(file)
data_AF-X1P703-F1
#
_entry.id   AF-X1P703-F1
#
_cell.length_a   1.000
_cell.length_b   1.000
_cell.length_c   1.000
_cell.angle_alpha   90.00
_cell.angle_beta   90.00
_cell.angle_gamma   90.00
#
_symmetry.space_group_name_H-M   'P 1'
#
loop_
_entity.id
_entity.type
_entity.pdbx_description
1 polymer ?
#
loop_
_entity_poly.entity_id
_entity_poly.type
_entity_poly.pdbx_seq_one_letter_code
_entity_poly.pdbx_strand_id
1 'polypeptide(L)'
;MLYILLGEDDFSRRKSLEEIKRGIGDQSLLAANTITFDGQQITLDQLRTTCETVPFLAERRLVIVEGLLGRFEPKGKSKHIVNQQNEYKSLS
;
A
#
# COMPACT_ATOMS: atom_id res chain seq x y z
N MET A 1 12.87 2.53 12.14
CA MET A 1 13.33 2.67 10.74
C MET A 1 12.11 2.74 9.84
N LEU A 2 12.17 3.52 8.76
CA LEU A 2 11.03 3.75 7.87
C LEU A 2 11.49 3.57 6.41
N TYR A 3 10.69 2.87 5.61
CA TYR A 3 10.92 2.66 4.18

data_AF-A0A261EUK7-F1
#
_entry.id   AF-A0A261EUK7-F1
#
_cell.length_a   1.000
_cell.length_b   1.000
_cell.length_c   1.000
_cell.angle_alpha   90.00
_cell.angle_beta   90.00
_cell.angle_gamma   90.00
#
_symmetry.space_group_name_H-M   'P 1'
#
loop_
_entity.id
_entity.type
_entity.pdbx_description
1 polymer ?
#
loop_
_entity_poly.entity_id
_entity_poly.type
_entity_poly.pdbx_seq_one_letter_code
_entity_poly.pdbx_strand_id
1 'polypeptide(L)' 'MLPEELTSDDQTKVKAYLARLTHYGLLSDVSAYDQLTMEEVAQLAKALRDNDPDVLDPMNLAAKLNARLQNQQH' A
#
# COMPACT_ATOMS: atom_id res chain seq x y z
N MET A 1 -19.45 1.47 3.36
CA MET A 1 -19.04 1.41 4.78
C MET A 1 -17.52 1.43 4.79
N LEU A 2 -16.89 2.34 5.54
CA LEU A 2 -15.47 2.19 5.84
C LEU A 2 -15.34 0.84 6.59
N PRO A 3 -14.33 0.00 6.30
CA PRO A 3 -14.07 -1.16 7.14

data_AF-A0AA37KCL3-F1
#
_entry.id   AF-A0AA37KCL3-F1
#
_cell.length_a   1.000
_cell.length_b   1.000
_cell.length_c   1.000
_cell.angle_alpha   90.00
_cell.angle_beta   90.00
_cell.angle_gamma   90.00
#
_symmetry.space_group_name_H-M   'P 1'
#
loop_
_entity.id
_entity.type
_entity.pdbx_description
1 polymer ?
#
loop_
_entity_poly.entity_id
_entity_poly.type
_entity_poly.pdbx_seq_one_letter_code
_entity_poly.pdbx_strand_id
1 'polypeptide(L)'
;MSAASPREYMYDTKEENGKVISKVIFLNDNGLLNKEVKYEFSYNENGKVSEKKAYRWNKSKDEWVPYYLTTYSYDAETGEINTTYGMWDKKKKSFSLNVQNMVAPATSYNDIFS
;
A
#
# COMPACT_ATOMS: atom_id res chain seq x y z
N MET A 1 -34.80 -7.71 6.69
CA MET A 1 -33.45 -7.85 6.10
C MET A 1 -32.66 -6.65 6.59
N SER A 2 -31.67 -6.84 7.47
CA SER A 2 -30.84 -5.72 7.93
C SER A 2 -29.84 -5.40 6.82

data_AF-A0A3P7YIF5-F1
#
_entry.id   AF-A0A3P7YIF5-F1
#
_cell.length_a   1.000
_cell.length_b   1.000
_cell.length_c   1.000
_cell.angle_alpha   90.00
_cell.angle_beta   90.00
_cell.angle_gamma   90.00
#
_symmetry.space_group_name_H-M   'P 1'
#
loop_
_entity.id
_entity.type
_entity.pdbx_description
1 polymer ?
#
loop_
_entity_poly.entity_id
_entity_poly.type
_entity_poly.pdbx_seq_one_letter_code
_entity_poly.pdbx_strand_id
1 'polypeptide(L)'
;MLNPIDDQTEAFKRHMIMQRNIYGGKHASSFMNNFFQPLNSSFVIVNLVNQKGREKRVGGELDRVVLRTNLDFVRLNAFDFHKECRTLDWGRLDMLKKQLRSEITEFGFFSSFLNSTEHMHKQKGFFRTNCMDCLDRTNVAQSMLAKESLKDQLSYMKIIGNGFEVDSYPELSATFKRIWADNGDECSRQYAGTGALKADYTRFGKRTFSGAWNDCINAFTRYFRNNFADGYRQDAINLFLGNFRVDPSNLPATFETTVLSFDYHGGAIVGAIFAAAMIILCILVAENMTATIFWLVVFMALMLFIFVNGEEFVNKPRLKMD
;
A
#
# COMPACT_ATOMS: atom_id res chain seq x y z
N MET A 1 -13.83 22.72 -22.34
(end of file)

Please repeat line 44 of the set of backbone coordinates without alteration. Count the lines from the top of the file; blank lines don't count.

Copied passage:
_cell.length_b   1.000